07 May World Password Day
Happy #worldpasswordday from LogoSystems!
Apple puts security above everything else, and has some great features in place to help you with passwords. One is to use iCloud Keychain and randomised passwords. When signing up to a website, iCloud will automatically generate a randomised password for you, and it will store it safely so that you never need to remember it. When it comes to logging in to that website, iCloud will automatically fill in the correct password.
With iOS 13 and macOS Catalina 10.15, Apple introduced Sign In With Apple, completely removing the need for passwords at all. Lots of websites and apps now support this feature, so if you see the option when creating an account you can tap Sign in with Apple and instead of choosing yet another username and password, your Apple ID details will be used to make the account. You are even given the option of using a randomised email account so that you don’t have to give out your own – Apple will forward any emails sent to this randomised address to your own inbox.
If you would prefer not to use iCloud Keychain or Sign In With Apple, then it is important to make your password as secure as possible. Top security advisers suggest using three random words for your password, as this is not only incredibly difficult for computers to crack, but it’s also a lot easier for you to remember without writing it down (which comes with its own risks) – WoodenRiskyPancakes is very secure and would take a computer about 318 trillion years to crack, and it’s much easier to remember than a random jumble of numbers and symbols. Something like WoodenRiskyPancakes@1 would take 3 sextillion years to crack if you need to include a number and a symbol!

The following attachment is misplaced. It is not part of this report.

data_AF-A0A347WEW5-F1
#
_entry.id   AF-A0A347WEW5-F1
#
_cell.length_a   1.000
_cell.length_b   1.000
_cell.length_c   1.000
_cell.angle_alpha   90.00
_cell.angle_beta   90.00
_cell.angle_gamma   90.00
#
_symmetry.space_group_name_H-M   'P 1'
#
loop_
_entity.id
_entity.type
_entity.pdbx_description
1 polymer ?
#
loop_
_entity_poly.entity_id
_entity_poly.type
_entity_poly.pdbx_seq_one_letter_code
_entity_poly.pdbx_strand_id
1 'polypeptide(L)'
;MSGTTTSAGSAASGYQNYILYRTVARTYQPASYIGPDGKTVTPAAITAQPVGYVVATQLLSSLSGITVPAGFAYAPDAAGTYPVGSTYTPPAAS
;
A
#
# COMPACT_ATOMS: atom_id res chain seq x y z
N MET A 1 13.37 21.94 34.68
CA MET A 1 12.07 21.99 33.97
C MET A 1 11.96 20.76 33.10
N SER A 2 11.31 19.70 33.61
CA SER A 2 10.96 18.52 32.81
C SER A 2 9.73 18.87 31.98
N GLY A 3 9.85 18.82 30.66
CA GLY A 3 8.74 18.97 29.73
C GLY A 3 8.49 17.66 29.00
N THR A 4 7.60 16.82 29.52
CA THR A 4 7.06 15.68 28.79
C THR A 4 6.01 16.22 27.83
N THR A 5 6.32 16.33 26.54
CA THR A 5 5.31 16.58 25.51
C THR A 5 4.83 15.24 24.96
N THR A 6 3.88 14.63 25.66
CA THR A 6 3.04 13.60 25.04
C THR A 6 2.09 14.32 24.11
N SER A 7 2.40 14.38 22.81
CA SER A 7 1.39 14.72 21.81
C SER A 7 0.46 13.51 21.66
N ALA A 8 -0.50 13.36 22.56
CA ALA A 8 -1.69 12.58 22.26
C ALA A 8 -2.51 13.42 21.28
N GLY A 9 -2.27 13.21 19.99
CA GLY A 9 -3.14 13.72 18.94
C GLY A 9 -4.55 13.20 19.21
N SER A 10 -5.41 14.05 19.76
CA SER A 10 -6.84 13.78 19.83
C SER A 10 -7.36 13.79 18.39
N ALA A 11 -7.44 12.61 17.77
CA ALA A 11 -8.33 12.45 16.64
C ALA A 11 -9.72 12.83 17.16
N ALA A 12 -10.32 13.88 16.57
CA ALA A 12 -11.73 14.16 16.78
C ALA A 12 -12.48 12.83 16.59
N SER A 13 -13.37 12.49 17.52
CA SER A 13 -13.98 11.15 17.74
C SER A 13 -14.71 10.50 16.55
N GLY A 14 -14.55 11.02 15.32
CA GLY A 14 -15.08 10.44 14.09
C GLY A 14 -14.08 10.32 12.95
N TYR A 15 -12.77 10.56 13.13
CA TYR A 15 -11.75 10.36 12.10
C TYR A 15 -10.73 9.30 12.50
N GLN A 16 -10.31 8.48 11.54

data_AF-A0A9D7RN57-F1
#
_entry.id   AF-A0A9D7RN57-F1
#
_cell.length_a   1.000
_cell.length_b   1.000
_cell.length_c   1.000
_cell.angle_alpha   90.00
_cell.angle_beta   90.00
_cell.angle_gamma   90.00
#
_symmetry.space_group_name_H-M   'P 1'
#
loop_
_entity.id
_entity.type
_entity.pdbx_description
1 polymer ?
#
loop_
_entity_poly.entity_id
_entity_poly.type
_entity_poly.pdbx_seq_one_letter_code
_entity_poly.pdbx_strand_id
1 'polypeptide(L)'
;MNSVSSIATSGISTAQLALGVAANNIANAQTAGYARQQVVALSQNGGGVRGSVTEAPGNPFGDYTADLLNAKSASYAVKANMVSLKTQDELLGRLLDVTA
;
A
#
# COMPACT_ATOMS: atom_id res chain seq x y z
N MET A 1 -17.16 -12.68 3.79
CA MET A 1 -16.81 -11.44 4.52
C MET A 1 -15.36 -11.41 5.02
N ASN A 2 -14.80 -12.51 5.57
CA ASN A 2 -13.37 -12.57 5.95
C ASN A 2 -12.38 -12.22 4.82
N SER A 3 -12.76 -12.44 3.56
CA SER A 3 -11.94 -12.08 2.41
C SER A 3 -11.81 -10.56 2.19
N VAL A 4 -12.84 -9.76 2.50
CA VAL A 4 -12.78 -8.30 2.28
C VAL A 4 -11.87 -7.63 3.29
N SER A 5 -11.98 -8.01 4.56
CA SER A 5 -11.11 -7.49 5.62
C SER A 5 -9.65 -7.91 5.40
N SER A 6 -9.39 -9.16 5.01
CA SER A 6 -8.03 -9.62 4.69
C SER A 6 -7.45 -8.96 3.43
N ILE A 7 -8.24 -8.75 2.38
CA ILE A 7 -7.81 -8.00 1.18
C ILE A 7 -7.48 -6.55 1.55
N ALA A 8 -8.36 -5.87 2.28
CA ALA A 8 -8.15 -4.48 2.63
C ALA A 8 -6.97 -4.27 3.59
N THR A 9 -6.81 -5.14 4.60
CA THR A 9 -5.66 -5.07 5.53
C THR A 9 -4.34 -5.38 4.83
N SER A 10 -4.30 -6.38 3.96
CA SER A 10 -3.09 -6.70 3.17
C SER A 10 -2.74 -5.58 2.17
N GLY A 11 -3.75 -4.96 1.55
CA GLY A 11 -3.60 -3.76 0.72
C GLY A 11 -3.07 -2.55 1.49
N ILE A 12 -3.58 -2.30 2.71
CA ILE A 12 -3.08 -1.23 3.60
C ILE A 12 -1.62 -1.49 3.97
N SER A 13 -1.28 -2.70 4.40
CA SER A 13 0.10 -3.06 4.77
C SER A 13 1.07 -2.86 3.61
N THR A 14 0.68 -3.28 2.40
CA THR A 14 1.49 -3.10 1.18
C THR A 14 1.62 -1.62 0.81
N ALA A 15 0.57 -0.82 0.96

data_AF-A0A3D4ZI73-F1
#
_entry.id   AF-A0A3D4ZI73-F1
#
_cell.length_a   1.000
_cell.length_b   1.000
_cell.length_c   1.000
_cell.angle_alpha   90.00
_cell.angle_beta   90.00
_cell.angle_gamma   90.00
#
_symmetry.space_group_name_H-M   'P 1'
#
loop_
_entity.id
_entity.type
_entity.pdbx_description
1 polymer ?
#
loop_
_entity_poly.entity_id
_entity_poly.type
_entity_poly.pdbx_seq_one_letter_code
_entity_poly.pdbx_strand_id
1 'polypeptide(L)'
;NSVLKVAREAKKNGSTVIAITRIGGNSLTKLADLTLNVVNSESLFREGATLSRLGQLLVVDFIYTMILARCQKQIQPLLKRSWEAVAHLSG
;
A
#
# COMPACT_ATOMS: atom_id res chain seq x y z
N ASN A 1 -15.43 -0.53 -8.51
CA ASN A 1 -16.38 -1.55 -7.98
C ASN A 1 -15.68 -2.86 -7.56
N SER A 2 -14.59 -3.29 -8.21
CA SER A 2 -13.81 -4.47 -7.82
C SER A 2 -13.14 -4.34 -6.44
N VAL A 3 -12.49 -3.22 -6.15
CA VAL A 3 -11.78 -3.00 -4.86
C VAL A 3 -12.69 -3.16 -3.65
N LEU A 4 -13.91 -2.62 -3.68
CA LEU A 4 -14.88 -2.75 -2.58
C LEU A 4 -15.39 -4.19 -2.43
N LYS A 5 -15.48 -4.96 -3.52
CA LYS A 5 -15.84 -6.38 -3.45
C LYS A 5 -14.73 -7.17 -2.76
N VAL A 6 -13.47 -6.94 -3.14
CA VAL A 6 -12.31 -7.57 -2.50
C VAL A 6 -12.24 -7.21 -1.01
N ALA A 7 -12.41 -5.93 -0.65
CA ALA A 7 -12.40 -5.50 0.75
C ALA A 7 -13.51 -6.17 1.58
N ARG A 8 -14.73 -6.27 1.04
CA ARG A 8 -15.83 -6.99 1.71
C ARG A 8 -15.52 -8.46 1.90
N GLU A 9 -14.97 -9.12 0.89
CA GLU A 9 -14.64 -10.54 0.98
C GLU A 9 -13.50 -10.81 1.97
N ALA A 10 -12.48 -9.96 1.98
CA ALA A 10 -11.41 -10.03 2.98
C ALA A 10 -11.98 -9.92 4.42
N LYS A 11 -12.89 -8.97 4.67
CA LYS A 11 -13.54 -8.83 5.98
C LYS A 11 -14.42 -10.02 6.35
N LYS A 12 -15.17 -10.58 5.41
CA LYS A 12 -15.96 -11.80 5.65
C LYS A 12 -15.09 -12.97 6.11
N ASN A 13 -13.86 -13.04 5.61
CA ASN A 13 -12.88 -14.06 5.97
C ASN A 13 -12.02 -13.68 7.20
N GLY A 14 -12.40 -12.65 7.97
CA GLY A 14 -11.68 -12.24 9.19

howsecureismypassword.net is an easy & safe way to confirm how secure your password is.
Even though these passwords might be easier to remember, you’re still likely to need a lot of them as you should always use a different password for each website and app that you sign up to. This is where an app like 1Password comes in. 1Password is a secure place to store and organise all of your passwords. You can categorise them by type (email account, website login, credit card details, etc.) and safely recall them any time you need to, without using something like a little book of passwords that could be lost or stolen, or sticky notes around the edge of your screen.